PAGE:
How cities can use available knowledge & existing technology to shape the mobility of tomorrow

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The European Smart Cities and Communities Project - Triangulum (SCC1) includes the three forerunner cities Eindhoven (NL), Manchester (UK) and Stavanger (NO) as well as the three follower cities Leipzig (DE), Sabadell (ES) and Prague (CZ). The projects consists of 22 partners, including companies and municipalities as well as research institutes such as the Institute of Human Factors and Technology Management (IAT) at the University of Stuttgart, the Institute for Industrial Engineering (IAO) and the Institute for Open Communication Systems (FOKUS), both part of the Fraunhofer Society. The common goal of the partners and forerunner cities is to demonstrate that the integration of technologies from the energy, buildings, mobility and ICT sectors within a district can induce significant reductions in energy demand and local GHG emissions and at the same time enhance quality of life, and provide a basis for economic growth and development. The participating districts, that will become well-connected low carbon areas are the Eckart Vaartbroek district, the former Philips industrial district of Strijp-S (Eindhoven), ’’the Corridor“ in Manchester, a 2km spine that is home of universities and medical research institutions and the Paradis/Hillevag district in Stavanger. The project started back in 2015 and will continue until January 2020.

One of the researchers and part of the coordination team, Marielisa Padilla, is currently analyzing how to transfer the knowledge gained so far from the project implementation into other cities. She is currently working on a paper on smart mobility, in which best practices from the three forerunner cities are presented (--> Read the paper here). We talked to her recently in an interview for about the specific pilot projects on smart mobility within the Triangulum and the projects progress in general.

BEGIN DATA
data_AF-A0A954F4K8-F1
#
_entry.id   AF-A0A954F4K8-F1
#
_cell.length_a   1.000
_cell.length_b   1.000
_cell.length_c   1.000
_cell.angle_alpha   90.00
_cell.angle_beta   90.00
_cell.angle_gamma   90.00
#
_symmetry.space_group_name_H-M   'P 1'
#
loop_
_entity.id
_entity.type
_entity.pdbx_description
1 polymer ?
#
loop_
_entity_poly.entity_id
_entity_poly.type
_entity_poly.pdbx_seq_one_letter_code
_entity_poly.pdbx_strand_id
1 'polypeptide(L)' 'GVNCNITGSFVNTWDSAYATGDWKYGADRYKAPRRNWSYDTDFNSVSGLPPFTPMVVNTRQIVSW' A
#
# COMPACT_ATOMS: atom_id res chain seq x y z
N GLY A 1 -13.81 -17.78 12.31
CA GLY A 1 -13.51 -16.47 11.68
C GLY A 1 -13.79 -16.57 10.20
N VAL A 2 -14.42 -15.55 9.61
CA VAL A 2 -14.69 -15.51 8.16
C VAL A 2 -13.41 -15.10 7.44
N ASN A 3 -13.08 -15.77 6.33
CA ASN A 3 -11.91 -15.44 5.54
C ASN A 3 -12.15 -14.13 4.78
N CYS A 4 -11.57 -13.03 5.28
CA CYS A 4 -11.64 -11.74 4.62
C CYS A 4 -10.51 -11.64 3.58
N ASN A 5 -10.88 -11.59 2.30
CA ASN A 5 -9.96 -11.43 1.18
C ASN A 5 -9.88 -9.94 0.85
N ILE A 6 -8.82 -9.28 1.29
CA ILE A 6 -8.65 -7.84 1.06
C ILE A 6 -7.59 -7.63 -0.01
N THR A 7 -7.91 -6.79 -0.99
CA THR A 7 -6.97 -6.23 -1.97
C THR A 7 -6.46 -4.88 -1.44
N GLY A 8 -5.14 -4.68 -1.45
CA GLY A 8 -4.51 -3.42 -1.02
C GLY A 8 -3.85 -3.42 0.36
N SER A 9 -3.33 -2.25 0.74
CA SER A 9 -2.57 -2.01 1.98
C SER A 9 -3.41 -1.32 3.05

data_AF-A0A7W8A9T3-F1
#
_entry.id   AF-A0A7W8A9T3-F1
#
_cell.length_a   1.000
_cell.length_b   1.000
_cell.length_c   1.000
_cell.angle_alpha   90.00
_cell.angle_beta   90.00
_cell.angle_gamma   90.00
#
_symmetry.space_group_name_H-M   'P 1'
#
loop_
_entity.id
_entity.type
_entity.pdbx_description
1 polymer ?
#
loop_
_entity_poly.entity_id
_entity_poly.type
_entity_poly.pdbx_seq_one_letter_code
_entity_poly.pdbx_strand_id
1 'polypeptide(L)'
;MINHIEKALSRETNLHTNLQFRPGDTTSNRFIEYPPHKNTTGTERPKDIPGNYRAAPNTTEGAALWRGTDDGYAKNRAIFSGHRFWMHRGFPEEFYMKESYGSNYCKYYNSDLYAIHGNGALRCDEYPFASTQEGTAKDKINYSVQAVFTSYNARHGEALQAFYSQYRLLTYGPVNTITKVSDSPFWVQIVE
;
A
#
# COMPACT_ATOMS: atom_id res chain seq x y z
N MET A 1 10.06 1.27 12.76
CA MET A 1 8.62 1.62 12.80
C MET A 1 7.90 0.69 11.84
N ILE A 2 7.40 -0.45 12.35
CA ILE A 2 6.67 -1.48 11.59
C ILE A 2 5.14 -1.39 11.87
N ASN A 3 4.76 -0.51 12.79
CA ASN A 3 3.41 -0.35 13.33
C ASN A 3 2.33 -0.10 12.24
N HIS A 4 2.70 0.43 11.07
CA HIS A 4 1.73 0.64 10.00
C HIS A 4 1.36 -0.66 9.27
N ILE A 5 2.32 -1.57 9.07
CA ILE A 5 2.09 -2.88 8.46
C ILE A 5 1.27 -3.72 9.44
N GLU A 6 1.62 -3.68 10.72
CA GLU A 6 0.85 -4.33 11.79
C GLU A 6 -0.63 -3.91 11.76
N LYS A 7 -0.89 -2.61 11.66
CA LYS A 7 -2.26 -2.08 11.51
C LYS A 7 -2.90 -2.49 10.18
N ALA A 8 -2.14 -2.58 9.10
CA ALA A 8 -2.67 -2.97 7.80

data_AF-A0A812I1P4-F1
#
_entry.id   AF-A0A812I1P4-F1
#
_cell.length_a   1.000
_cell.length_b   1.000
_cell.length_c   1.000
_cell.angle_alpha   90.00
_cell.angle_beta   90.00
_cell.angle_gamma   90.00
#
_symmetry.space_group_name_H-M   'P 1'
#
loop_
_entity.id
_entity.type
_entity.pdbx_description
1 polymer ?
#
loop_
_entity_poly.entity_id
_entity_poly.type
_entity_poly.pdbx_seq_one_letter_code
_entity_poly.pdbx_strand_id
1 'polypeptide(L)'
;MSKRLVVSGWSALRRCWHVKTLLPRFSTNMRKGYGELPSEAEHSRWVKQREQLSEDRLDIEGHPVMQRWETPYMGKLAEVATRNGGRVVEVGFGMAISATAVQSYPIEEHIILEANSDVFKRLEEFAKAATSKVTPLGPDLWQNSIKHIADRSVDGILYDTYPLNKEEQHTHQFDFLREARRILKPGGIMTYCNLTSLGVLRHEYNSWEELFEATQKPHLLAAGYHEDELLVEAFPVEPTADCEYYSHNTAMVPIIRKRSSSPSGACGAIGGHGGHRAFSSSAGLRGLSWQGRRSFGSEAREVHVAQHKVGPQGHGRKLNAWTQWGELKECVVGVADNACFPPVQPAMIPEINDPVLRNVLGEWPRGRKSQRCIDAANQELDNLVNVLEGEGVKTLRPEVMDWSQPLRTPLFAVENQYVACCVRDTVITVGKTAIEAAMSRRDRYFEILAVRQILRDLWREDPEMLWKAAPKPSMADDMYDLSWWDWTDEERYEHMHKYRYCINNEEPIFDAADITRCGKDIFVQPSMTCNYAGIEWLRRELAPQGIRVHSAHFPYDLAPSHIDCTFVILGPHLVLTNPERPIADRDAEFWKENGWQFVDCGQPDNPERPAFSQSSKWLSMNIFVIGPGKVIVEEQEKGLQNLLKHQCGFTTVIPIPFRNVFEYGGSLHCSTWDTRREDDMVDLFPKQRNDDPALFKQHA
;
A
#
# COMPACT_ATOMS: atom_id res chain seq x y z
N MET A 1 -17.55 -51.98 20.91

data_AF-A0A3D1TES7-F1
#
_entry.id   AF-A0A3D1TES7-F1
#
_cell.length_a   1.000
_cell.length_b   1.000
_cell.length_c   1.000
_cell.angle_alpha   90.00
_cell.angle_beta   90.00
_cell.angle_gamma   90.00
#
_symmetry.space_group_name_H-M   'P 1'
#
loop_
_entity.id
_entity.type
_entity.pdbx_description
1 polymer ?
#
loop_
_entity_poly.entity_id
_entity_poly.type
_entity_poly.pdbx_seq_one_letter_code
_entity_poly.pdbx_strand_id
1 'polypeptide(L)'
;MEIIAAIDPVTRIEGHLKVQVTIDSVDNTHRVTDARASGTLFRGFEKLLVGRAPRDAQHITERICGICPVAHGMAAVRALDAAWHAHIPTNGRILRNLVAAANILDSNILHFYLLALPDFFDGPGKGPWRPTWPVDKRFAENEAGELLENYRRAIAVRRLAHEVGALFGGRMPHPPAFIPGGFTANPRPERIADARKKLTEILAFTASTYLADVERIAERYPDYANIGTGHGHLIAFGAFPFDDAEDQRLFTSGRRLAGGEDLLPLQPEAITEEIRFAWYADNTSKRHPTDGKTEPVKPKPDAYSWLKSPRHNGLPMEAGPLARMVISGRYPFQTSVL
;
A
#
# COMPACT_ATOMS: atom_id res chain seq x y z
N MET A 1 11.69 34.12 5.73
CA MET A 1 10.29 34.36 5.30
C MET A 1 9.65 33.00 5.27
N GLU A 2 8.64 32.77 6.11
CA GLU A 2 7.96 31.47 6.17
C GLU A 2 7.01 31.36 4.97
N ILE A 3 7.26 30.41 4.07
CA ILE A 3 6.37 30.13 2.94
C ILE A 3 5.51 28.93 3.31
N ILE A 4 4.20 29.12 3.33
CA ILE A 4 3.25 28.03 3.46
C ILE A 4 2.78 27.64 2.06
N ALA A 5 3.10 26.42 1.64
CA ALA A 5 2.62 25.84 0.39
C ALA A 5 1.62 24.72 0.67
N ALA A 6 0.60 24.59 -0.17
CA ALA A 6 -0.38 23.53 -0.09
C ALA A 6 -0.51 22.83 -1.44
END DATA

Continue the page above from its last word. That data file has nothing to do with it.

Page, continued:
1. Hello Marielisa, as I mentioned, you recently published a paper on best practices within the Triangulum project regarding smart mobility. Could you explain to us why mobility is such an important part of making a district smart and sustainable?


M.P.: Mobility is unquestionably one of the main concerns of city administrations. It is not only one of the main source of pollution but also very expensive and accounts for huge amounts of energy consumption. Today cities are completely dependent on mobility dynamics and processes. When a city is trying to transform itself and be a reference when talking about smartness and sustainability, mobility is inevitably one of the aspects that needs to be tackled. Mobility is a very complex topic and has to be treated as such. The question that cities are trying to answer is how to use the available knowledge and the existing technology to shape the future-oriented mobility of tomorrow.



2. Could you explain what the three forerunner cities exactly do to make mobility more sustainable in their specific districts?


M.P.: One of the main objectives of the Triangulum mobility modules is to promote the modal shift towards more sustainable options. This is being pursued in the case of Manchester by the implementation of a managed service to provide power-assisted cycles, fitted with a battery powering a motor, which are available to the project partners such as the University of Manchester (UoM) or the Manchester Metropolitan University (MMU) for mail. Moreover, the electrification of the fleet is being promoted at both universities by the procurement and lease of electric vehicles to prove the business case.

In Eindhoven, the mobility tasks involve the purchase of intelligent chargers and the development of effective means of communication. Besides this innovative ICT solutions for better managing the parking facilities are being implemented.

The mobility modules in Stavanger include the installation of  ICT- based charging solutions for EV mobility in ten private homes and one appartment building. This project not only allows the implementing company, Lyse, to gain data about energy consumption patterns and their effect on the grid but also gives more flexibility.